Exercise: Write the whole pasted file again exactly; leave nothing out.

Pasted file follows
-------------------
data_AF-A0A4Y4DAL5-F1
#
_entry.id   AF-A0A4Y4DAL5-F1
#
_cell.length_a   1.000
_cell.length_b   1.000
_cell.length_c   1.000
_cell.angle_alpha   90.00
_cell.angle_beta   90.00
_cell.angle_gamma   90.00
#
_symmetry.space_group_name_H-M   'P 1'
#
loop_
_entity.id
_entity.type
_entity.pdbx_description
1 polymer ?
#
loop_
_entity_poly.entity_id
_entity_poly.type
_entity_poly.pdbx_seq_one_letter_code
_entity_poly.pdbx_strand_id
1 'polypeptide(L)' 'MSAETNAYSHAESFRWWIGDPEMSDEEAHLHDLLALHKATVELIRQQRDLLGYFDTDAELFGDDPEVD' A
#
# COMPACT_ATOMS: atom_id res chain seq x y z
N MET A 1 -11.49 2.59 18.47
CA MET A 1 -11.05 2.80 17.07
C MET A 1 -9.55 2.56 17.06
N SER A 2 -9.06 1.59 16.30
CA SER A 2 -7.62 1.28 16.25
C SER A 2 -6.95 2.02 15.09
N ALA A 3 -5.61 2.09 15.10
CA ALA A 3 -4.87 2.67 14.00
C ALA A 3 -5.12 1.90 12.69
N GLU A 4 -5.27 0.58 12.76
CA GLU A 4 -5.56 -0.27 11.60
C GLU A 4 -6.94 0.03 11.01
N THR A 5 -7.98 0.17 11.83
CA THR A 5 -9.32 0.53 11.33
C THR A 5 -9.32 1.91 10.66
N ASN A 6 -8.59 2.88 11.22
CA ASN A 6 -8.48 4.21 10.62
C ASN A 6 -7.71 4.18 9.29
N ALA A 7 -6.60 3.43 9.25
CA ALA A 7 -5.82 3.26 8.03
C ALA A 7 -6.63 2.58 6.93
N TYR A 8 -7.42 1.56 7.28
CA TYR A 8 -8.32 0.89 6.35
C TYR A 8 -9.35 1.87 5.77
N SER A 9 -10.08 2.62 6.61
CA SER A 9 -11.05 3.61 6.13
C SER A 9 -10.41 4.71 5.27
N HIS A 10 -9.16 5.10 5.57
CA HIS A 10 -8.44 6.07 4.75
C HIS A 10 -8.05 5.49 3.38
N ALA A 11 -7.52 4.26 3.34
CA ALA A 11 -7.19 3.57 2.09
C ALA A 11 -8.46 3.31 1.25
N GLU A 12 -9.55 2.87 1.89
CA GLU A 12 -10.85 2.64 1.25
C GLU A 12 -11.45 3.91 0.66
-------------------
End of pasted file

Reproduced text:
data_AF-A0A4Y4DAL5-F1
#
_entry.id   AF-A0A4Y4DAL5-F1
#
_cell.length_a   1.000
_cell.length_b   1.000
_cell.length_c   1.000
_cell.angle_alpha   90.00
_cell.angle_beta   90.00
_cell.angle_gamma   90.00
#
_symmetry.space_group_name_H-M   'P 1'
#
loop_
_entity.id
_entity.type
_entity.pdbx_description
1 polymer ?
#
loop_
_entity_poly.entity_id
_entity_poly.type
_entity_poly.pdbx_seq_one_letter_code
_entity_poly.pdbx_strand_id
1 'polypeptide(L)' 'MSAETNAYSHAESFRWWIGDPEMSDEEAHLHDLLALHKATVELIRQQRDLLGYFDTDAELFGDDPEVD' A
#
# COMPACT_ATOMS: atom_id res chain seq x y z
N MET A 1 -11.49 2.59 18.47
CA MET A 1 -11.05 2.80 17.07
C MET A 1 -9.55 2.56 17.06
N SER A 2 -9.06 1.59 16.30
CA SER A 2 -7.62 1.28 16.25
C SER A 2 -6.95 2.02 15.09
N ALA A 3 -5.61 2.09 15.10
CA ALA A 3 -4.87 2.67 14.00
C ALA A 3 -5.12 1.90 12.69
N GLU A 4 -5.27 0.58 12.76
CA GLU A 4 -5.56 -0.27 11.60
C GLU A 4 -6.94 0.03 11.01
N THR A 5 -7.98 0.17 11.83
CA THR A 5 -9.32 0.53 11.33
C THR A 5 -9.32 1.91 10.66
N ASN A 6 -8.59 2.88 11.22
CA ASN A 6 -8.48 4.21 10.62
C ASN A 6 -7.71 4.18 9.29
N ALA A 7 -6.60 3.43 9.25
CA ALA A 7 -5.82 3.26 8.03
C ALA A 7 -6.63 2.58 6.93
N TYR A 8 -7.42 1.56 7.28
CA TYR A 8 -8.32 0.89 6.35
C TYR A 8 -9.35 1.87 5.77
N SER A 9 -10.08 2.62 6.61
CA SER A 9 -11.05 3.61 6.13
C SER A 9 -10.41 4.71 5.27
N HIS A 10 -9.16 5.10 5.57
CA HIS A 10 -8.44 6.07 4.75
C HIS A 10 -8.05 5.49 3.38
N ALA A 11 -7.52 4.26 3.34
CA ALA A 11 -7.19 3.57 2.09
C ALA A 11 -8.46 3.31 1.25
N GLU A 12 -9.55 2.87 1.89
CA GLU A 12 -10.85 2.64 1.25
C GLU A 12 -11.45 3.91 0.66